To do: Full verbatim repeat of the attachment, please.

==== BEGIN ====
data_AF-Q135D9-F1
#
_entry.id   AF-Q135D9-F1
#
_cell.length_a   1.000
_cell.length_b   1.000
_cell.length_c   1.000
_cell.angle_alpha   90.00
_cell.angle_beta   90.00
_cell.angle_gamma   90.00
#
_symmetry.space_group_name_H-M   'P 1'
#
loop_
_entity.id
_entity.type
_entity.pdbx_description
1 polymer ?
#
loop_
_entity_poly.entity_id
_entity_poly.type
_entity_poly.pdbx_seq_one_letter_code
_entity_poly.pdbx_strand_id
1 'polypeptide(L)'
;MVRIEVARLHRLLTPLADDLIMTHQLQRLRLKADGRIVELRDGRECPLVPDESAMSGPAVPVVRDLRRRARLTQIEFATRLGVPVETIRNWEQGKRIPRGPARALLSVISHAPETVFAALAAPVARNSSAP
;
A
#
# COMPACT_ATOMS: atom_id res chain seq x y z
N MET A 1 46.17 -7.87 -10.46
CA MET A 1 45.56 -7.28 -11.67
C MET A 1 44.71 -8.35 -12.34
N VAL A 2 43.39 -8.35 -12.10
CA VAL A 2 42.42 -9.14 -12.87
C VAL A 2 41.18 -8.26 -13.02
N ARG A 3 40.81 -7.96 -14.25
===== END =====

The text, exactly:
data_AF-Q135D9-F1
#
_entry.id   AF-Q135D9-F1
#
_cell.length_a   1.000
_cell.length_b   1.000
_cell.length_c   1.000
_cell.angle_alpha   90.00
_cell.angle_beta   90.00
_cell.angle_gamma   90.00
#
_symmetry.space_group_name_H-M   'P 1'
#
loop_
_entity.id
_entity.type
_entity.pdbx_description
1 polymer ?
#
loop_
_entity_poly.entity_id
_entity_poly.type
_entity_poly.pdbx_seq_one_letter_code
_entity_poly.pdbx_strand_id
1 'polypeptide(L)'
;MVRIEVARLHRLLTPLADDLIMTHQLQRLRLKADGRIVELRDGRECPLVPDESAMSGPAVPVVRDLRRRARLTQIEFATRLGVPVETIRNWEQGKRIPRGPARALLSVISHAPETVFAALAAPVARNSSAP
;
A
#
# COMPACT_ATOMS: atom_id res chain seq x y z
N MET A 1 46.17 -7.87 -10.46
CA MET A 1 45.56 -7.28 -11.67
C MET A 1 44.71 -8.35 -12.34
N VAL A 2 43.39 -8.35 -12.10
CA VAL A 2 42.42 -9.14 -12.87
C VAL A 2 41.18 -8.26 -13.02
N ARG A 3 40.81 -7.96 -14.25